ENERGY MONTH: South Africa’s load shedding signals a ‘breaking point’

Eskom blackout (Medium)

South Africa has reached the last resort to prevent the collapse of the power system country-wide.

With this in mind, South Africans ask: “How did we get to a place where load shedding is necessary?”

According to Eskom, “In the past decade, South Africa has had a steady increase in the demand for electricity because of robust economic growth.

“The continued growth in the economy has exhausted Eskom’s surplus capacity for electricity generation and reduced its reserve margin progressively.”

According to a statement made earlier, the company’s CEO, Tshediso Matona, said: “Lack of maintenance over the years has led to load shedding.”

Eskom documents reveal that the company expects the reserve margin to continue on a downward trend for the next few years until substantial new base-load power plants comes on line.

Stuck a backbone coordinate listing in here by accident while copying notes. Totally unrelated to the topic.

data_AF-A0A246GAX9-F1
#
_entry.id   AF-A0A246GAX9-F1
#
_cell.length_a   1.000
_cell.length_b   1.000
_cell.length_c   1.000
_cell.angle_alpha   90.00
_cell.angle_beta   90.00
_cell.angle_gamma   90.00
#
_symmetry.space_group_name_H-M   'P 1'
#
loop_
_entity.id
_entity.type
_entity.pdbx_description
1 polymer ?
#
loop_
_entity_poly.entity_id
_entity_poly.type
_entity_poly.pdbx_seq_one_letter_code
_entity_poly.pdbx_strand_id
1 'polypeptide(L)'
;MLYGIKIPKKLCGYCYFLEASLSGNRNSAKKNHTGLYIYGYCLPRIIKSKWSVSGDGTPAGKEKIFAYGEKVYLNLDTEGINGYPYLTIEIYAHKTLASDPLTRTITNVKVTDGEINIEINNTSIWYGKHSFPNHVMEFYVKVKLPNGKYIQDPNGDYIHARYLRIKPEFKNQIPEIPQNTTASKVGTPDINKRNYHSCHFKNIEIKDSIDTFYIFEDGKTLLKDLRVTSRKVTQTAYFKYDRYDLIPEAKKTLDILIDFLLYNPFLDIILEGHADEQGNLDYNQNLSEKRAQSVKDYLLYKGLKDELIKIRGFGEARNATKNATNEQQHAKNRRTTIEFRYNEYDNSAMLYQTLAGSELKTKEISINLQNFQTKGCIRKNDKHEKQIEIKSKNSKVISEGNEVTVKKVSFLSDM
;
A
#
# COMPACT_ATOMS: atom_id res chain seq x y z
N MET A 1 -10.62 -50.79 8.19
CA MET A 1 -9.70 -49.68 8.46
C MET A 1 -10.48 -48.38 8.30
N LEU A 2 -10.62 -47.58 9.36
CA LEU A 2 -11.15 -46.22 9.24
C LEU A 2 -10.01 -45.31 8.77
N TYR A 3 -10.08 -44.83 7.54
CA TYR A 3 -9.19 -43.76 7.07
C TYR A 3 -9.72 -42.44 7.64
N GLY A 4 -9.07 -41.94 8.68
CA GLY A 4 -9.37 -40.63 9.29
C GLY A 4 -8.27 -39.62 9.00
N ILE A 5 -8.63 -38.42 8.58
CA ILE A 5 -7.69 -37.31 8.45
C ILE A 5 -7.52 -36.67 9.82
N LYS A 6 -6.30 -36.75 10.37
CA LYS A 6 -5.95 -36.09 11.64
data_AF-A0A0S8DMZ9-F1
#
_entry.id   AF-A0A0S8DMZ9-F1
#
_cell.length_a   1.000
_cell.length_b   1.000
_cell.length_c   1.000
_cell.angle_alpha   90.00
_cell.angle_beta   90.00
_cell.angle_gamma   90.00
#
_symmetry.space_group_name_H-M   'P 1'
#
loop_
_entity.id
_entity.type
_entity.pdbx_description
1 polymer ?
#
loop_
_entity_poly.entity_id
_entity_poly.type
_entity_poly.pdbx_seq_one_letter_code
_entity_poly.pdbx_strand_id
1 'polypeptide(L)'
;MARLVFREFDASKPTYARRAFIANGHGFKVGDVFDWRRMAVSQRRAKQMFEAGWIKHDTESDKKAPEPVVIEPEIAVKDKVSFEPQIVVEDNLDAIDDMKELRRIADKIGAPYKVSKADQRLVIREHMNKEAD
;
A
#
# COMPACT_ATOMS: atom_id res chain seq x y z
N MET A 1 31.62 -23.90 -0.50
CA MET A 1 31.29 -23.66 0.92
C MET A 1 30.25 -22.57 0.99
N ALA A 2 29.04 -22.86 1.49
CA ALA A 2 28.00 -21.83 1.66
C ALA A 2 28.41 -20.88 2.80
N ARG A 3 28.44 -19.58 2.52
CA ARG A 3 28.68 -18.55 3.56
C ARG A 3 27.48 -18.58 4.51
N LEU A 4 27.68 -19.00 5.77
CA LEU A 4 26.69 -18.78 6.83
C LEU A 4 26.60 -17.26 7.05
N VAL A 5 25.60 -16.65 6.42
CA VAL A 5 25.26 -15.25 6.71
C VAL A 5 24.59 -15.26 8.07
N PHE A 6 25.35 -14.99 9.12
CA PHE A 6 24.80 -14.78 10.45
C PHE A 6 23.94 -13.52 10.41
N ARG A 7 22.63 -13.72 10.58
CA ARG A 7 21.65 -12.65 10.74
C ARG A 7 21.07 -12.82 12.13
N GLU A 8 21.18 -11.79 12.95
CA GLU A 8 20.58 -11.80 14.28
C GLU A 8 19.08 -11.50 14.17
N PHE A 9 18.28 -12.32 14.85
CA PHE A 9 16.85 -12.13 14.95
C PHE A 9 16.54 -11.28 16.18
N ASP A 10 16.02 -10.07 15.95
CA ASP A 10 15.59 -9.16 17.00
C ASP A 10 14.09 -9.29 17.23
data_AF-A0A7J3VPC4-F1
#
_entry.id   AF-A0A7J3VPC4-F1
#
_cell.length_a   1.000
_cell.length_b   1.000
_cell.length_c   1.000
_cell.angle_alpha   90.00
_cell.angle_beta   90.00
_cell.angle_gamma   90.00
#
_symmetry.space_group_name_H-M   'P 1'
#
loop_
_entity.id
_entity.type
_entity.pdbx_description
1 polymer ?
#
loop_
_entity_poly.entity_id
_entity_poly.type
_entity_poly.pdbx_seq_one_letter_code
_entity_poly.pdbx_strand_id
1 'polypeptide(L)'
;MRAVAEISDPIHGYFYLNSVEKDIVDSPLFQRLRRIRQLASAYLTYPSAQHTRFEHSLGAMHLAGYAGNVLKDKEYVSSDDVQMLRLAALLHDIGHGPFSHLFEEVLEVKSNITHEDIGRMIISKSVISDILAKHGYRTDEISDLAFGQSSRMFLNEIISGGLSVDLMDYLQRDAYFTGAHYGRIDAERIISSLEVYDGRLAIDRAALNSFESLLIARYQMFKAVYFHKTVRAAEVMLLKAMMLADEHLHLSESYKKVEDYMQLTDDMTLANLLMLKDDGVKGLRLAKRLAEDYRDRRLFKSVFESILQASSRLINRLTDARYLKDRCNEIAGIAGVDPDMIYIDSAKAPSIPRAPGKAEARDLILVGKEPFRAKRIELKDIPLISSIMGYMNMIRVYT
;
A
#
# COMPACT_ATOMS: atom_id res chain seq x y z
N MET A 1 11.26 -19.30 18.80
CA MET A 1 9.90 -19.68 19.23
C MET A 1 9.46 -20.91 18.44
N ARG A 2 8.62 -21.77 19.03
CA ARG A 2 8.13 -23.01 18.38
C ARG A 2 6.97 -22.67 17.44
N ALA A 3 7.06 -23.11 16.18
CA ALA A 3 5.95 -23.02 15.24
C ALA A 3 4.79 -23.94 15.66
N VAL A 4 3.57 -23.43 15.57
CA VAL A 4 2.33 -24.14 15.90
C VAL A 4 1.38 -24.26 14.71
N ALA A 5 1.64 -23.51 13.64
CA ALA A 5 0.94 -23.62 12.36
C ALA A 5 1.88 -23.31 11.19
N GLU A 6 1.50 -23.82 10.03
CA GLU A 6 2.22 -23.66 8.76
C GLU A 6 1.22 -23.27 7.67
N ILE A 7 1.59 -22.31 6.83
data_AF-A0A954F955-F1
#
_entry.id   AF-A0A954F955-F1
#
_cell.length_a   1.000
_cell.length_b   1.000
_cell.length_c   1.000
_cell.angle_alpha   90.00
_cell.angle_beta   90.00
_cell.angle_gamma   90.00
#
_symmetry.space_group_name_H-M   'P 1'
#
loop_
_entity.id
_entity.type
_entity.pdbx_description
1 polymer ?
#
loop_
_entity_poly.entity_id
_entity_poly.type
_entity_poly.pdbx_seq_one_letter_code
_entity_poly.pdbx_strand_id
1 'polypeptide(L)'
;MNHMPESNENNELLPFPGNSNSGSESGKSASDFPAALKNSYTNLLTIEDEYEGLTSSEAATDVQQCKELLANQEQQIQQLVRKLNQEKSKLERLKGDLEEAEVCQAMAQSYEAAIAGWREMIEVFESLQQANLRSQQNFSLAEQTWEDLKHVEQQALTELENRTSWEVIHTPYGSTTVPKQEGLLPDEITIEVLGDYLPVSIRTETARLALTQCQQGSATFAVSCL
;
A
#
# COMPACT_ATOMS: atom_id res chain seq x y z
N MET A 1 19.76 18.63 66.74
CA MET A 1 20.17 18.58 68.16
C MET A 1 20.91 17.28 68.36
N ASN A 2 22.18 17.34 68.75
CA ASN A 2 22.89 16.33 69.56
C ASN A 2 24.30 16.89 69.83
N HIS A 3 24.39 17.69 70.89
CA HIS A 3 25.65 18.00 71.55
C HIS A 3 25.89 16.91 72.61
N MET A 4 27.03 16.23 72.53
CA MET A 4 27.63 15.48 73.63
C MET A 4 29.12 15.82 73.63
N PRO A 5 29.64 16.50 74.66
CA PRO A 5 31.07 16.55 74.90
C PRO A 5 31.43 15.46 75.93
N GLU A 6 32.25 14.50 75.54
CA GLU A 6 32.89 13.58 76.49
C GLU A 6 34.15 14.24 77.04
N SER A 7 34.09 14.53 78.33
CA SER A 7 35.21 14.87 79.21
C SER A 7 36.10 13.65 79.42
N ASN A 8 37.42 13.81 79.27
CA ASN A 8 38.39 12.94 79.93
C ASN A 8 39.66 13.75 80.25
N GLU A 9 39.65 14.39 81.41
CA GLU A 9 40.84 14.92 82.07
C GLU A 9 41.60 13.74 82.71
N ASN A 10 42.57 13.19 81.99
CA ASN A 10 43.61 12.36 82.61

In spite of new capacity coming on line, including bringing back the mothballed power stations and building open-cycle gas turbines, the demand is still higher than the available capacity.

Eskom’s short term challenges include the following:

  • Improve the load shedding schedules, and the accuracy, quality and fairness of, and adherence to, these schedules, which are large and complex.
  • Improve suburb search (navigation) on the website
  • Improve agent training and increase the number of agents in the contact centres
  • Ongoing communication with the municipalities
  • Encourage saving of electricity – using electricity sparingly
  • Investigate and implement alternatives to load shedding, such as power rationing
  • Improve transparency and communication

Work with customer groups and stakeholders to find and agree on acceptable solutions

While this is Eskom’s plan, the Democratic Alliance (DA) has launched its ‘Power to the People Campaign’ during the month of March.

The party believes the government needs to action the following in order to effectively deal with the challenges Eskom has been facing recently:

  • Declare a national crisis: Acknowledge that load shedding is indicative of a nation energy crisis.
  • Open the grid: Allow independent power producers to contribute to the national grid.
  • Recoup Eskom bonuses: Recover taxpayers’ money paid in bonuses and freeze future bonus payments.
  • Give tax breaks on generators: Negotiate with national treasury to make the purchase of generators tax deductable.

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